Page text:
I’ll be honest, I found this book a little difficult to get into at first, not really warming to the character of Arthur Bryant. He is a typical old school detective who is methodical to the point of being obtuse, is arrogant and refuses to embrace anything that has happened in the last thirty years. Bryant was just a little bit too annoying for me to enjoy reading the book. However, not one to give up on a book, I decided to start again after reading a few chapters and I’m very glad I did. Once I got used to the obscure character, I actually quite warmed to him. He kind of reminded me of Columbo (the TV detective), in that he wanders around in his own little world, seemingly with no objective, but seeing things that others don’t and having that strange imagination that makes anything possible. It was quite enjoyable to read his thought processes and to wonder where he was going with his investigations.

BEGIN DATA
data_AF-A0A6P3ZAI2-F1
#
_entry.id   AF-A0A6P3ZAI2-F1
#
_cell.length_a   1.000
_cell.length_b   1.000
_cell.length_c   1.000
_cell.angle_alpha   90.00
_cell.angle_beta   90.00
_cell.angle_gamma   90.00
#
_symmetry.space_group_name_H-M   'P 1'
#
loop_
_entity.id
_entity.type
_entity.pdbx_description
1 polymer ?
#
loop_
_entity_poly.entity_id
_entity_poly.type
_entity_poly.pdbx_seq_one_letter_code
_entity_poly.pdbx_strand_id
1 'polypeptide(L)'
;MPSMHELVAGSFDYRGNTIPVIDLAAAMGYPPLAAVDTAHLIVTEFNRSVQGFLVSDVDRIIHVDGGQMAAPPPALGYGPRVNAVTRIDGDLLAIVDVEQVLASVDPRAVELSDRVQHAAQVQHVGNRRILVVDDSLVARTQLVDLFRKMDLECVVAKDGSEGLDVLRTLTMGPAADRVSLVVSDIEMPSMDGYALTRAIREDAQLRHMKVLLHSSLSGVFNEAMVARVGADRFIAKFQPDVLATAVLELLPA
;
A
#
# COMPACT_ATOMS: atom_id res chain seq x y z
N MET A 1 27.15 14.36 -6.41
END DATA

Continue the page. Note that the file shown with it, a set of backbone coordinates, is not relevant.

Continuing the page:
John May is the polar opposite of Bryant; he embraces all things modern; is gregarious and outgoing, in stark contrast to Bryant’s solitary style; and he is a bit of an old womaniser. To be honest, even though he is part of the duo, I thought he was a bit of a secondary character really. May‘s character fit in very well with Bryant, acting to tame the latter where others can’t and being able to handle him where others prefer to steer clear. The two obviously have a long standing partnership both in and out of work and it is this that makes them such a good twosome. I’d be interested to read the other books in the series to see whether May takes the lead in other stories as it would be nice to learn a little bit more about him.